Double Reprocessing Decontaminates Duodenoscopes

Caroline Helwick

May 26, 2016

SAN DIEGO — A double-reprocessing protocol can help reduce the rate of duodenoscope-associated infection, new research shows.

"Traditionally, most centers use single high-level disinfection. We've been using double reprocessing, and it has definitely decreased the positive culture rate of the duodenoscopes," said Ji Young Bang, MD, a third-year fellow in gastroenterology at Indiana University in Indianapolis.

"To keep all our patients safe, we aspire to a 0% culture rate. Although we didn't get the positive culture rate down to zero, we haven't had any duodenoscope-associated infections since we started doing this," she told Medscape Medical News.

Carbapenem-resistant Enterobacteriaceae (CRE) infection is a challenge to treat because these organisms are resistant to extended-spectrum beta-lactamase antibiotics. Mortality rates from CRE can reach 50%, Dr Bang and her team report.

Since 2013, several CRE outbreaks in the United States have been associated with endoscopic retrograde cholangiopancreatography (ERCP), despite institution-specific high-level disinfection protocols. Because of the elevator mechanism on duodenoscopes, it is difficult to completely remove organic material during manual cleaning, Dr Bang explained.

After two cases of ERCP-associated CRE at the Indiana University Medical Center, a novel high-level double-reprocessing duodenoscope disinfection protocol was implemented.

The impact of this protocol on ERCP-associated CRE transmissions was presented here at the Digestive Disease Week (DDW) 2016.

Double-Reprocessing Protocol

Before any duodenoscope was used, it underwent two cycles of manual cleaning and automated reprocessing, which involved a high-level disinfectant that is 22% hydrogen peroxide, 5% peroxyacetic acid, and 4.3% trisodium phosphate.

Each week during the 9-month study period, Dr Bang's team cultured 10 to 20 duodenoscopes that had undergone double-reprocessing disinfection. Altogether, 28.4% of the scopes they used were tested. For the first 3 months, both the working channels and the elevators were cultured, but because all the channels tested negative, only the elevators were cultured after that.

Duodenoscopes that had negative cultures were released for use. Those with positive cultures were cleaned, processed, and cultured again. If they were still positive, they underwent ethylene oxide gas sterilization; if they were negative, they were released for use.

Double Reprocessing Halves the Rate of Pathogen Positivity

Of the 610 duodenoscopes cultured during the study period, 59 (9.7%) were positive. However, only five (0.8%) of these were positive for potentially pathogenic organisms — a very low rate, Dr Bang reported.

"None of the cultures were positive for CRE, and no ERCP-associated infections have been identified since the implementation of this high-level disinfection protocol," she said.

In a report on the single reprocessing of 1524 duodenoscopes from the Virginia Mason Medical Center in Seattle, the overall culture positivity rate was 13.1% and the pathogenic culture positivity rate was 1.9% (Gastrointest Endosc. 2015;82:477-483). Two of these organisms were multidrug-resistant Escherichia coli.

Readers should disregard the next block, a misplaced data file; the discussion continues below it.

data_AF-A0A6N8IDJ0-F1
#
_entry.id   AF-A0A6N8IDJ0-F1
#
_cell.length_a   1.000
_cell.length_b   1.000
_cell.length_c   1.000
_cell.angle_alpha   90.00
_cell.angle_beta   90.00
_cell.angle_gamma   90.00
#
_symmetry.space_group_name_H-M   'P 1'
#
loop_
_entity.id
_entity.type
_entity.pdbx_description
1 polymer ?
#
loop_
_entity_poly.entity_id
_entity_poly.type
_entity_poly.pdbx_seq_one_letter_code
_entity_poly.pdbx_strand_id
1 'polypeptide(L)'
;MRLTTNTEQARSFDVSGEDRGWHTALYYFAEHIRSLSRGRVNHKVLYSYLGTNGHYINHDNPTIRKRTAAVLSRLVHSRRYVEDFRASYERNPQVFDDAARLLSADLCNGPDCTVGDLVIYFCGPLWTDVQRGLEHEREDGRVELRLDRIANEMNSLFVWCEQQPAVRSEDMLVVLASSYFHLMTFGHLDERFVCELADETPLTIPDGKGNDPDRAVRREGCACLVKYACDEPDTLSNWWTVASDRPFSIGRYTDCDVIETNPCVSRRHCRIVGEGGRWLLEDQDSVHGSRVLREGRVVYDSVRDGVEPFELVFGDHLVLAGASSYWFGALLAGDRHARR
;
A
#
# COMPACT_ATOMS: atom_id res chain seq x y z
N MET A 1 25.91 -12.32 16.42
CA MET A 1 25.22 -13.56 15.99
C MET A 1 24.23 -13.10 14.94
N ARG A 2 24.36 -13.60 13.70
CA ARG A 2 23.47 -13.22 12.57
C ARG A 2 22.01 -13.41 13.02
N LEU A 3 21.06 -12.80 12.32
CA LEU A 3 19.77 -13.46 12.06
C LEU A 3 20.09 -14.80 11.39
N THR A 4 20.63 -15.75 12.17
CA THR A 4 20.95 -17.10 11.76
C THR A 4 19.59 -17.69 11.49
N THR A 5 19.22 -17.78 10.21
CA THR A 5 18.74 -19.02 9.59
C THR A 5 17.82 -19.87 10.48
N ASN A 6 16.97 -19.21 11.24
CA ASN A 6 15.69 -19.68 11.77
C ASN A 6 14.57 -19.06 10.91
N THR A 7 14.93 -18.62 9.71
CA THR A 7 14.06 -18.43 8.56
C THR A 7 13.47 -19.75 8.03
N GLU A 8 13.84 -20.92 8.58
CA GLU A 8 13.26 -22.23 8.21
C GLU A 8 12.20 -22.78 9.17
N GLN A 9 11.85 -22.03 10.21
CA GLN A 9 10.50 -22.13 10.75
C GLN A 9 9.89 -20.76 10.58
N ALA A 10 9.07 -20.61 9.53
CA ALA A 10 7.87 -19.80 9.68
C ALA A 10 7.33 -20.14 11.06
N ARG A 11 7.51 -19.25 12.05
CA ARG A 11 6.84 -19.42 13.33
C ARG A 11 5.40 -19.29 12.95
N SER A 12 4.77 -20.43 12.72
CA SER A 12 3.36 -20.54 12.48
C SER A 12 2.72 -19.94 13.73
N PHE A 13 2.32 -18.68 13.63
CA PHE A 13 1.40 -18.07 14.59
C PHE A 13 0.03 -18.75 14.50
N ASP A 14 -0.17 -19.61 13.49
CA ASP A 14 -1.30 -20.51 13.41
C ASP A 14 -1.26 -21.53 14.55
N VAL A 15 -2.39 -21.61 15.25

The double reprocessing of duodenoscopes appears to be more effective in the prevention of duodenoscope-associated transmission of CRE, and results from targeted periodic culturing likely reflect the low risk of using pathogen-contaminated duodenoscopes, Dr Bang said.

"Additional modifications are currently being made to improve this high-level disinfection process to further minimize duodenoscope culture-positive rates," she added.

"We are considering culturing all our duodenoscopes, which is one method of ensuring safety. We will probably also try an alternative liquid chemical sterilant," she told Medscape Medical News. "We know that further improvements are required to achieve complete eradication of microorganisms from duodenoscope cultures."

"We are not at 0%" when it comes to disinfecting duodenoscopes, said John Vargo, MD, from the Cleveland Clinic's Digestive Disease and Surgery Institute.

"We are not yet perfectly reprocessing these instruments, but it's a solution in evolution," he said, predicting that better cleaning approaches and better scope designs will make a difference.

The most essential element remains the physical cleaning of the scopes, he emphasized. Each center is striving for quality reprocessing and surveillance.

Most duodenoscope-related infections are related to human error, said Grace Elta, MD, medical director of the medical procedures unit at the University of Michigan in Ann Arbor, who is chair of the DDW council.

"We still have humans cleaning the scopes," she pointed out. "Most units are now doing their best to eliminate the human error factor."

"There is a call to arms for endoscopists to ensure that their own reprocessing policies are in line," Dr Vargo added.

Dr Bang, Dr Vargo, and Dr Elta have disclosed no relevant financial relationships.

Digestive Disease Week (DDW) 2016: Abstract 719. Presented May 23, 2016.


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